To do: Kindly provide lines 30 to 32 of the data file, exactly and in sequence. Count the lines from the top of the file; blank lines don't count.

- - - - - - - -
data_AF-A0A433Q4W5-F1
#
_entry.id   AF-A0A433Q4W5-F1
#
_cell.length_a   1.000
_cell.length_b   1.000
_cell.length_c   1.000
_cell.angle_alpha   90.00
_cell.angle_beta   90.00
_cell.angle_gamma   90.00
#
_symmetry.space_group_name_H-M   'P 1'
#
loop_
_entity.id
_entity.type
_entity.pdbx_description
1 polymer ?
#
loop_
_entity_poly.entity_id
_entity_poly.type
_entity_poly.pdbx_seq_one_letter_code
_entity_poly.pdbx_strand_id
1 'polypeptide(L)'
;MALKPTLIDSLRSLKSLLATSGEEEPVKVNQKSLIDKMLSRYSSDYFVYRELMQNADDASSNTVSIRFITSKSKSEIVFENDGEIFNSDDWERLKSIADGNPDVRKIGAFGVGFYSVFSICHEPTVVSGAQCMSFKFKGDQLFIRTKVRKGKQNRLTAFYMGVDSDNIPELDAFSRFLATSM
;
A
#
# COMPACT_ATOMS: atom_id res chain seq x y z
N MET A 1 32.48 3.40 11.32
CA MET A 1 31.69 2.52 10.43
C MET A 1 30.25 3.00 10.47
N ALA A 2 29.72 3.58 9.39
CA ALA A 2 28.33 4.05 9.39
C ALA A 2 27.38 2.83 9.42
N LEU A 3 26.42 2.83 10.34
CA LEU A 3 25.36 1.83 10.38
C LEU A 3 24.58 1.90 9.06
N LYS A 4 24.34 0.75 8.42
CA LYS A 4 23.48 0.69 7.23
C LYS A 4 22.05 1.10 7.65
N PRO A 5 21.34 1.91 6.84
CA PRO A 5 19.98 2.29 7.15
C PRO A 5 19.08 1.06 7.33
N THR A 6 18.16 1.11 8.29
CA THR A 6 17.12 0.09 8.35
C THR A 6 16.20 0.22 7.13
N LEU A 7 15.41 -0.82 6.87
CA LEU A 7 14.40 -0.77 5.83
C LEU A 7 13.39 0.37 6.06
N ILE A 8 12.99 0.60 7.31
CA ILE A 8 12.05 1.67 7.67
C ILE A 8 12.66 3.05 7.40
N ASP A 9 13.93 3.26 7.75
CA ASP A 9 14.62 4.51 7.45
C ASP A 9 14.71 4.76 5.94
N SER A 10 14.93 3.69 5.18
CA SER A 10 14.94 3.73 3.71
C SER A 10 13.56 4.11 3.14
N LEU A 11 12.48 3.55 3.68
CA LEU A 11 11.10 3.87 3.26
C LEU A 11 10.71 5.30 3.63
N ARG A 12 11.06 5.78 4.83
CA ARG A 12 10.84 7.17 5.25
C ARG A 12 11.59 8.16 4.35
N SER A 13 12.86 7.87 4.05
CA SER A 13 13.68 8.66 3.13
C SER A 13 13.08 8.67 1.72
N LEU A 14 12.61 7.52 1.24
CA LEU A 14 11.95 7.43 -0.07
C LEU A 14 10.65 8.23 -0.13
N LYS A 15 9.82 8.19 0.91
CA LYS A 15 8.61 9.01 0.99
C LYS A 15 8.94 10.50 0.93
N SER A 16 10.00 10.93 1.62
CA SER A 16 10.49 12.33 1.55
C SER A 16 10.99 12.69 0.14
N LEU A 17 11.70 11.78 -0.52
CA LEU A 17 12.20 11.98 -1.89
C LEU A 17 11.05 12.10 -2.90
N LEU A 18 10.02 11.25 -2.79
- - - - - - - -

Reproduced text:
# COMPACT_ATOMS: atom_id res chain seq x y z
N MET A 1 32.48 3.40 11.32
CA MET A 1 31.69 2.52 10.43